Lib Dem leadership contender Vince Cable - so far the only declared candidate - said he doesn’t feel “tainted” by his time as a Cabinet Minister in the Coalition Government, and insisted austerity was a necessity, “not a choice.”
Former Conservative chairman Lord Patten delivered a damning assessment of the state of his party, blaming the “calamitous errors” of David Cameron and Theresa May had left the country in a “hell of a mess”.
On the Tory deal with the DUP, Lord Patten warned the party was at risk of looking “nasty” once again.
He compared May’s lack of ease with the public to a “doctor who doesn’t like the sight of blood.”
Priti Patel popped up again - this time on BBC Radio 5 Live. Speaking to John Pienaar, she ruled out the suggestion from Archbishop of Canterbury Justin Welby of a cross-party team to deliver Brexit.
Patel: “Our mandate is literally the one that was delivered last year through the referendum... to go out there and deliver Brexit for Britain. The Prime Minister has been pretty unequivocal and very clear that we will represent in the United Kingdom, irrespective of how they voted.”
Pienaar: “But not work with other parties. Not work with Jeremy Corbyn.”
Patel: “We are going to deliver on the will of the people.”
Pienaar: “So why not sit round the table with Jeremy Corbyn.”
Patel: “Because we are at that stage now where we started the negotiations. Monday was the first start of that.”
Shadow Chancellor John McDonnell told Pienaar he believes Labour were weeks away from winning the election.
UK Trade Minister Lord Price was discussing Brexit on the Sunday Politics (Priti Patel must have been busy). He came unstuck when Andrew Neil pressed him on a potential transition deal after March 2019
AN: How long a transition period are we looking at?
LP: Oh, who knows? I mean, we’ll see where we get to over the course of the next two years.
AN: Five years, two years, three years?
LP: Who knows? I think that both from a European perspective and from a UK perspective what we’ve said is that we want a smooth transition, we don’t want a cliff edge. This is what Trade Ministers across Europe are saying. This isn’t just a British desire. And I’ve heard interviews with several European parliamentarians who are all saying that they want to move to a smooth transition and they’d like a period of time to do that if we can’t do it inside two years.
AN: During a transition period can we strike a free trade deal with a third party?
LP: No. No we can’t, no. We can’t sign or negotiate a free trade deal –
AN: During a transition period.
LP: No not during – sorry, I misunderstood you. During the two- year period. During the transition period it depends on what we agree with the EU.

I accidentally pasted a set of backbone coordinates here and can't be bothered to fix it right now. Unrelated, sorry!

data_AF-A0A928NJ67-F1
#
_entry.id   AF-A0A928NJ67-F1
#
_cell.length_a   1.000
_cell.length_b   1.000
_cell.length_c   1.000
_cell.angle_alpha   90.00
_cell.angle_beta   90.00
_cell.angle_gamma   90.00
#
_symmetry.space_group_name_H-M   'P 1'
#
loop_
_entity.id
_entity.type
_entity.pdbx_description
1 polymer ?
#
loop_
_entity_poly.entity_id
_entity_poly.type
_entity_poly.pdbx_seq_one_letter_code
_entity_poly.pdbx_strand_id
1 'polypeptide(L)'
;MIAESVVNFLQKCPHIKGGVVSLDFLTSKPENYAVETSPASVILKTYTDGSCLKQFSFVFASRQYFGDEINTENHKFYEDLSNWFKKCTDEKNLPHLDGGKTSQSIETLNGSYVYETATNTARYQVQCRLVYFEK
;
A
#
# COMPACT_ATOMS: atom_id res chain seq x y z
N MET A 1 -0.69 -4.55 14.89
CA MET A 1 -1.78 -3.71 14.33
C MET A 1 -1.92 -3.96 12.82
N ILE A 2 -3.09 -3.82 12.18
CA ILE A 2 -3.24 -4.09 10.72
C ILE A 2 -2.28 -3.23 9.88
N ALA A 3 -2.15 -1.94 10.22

AN: So we don’t know that either.
AN: But what I’m asking about is continue tariff-free trade between the EU and the UK. How keen is the EU to continue to give us that?
LP: Well, I think they will be keen, yes.
AN: Don’t you know yet? What about all these meetings you’re telling me you go to?
LP: Well, what we’ve got to do is we’ve got to sit down and negotiate. The spirit is a good one, Andrew. People all over Europe want to get a good placement with us. Why do they want to do that? The trade surplus with the UK is 60 billion.
Gerard Coyne, the trade unionist who unsuccessfully challenged Len McCluskey for the position of General Secretary of Unite, warned of “purges” of Labour MPs who aren’t 100% behind Jeremy Corbyn.
Shadow Cabinet Office Minister John Trickett had another go at putting forward Labour’s Brexit position. When asked by Neil to clarify Labour’s position, Trickett said the party’s priority was “to have access to all of the tariff-free arrangements which exist within the customs union and the single market” but that it wasn’t wedded to any “particular institutional framework” to achieve this.
“We are pragmatic about it. Let’s see how the negotiations go. So we’re not going to say that we have to do one thing or other in terms of institutional relationships. What we have to have is a Brexit which works for jobs and for growth and also for the protections which working people have. How that comes out of the negotiation remains to be seen...Our policy is to secure all of the rights which exist and tariff access within the single market and the customs union. We are not saying that their particular institutional form is something we are going to wed ourselves to at this stage.”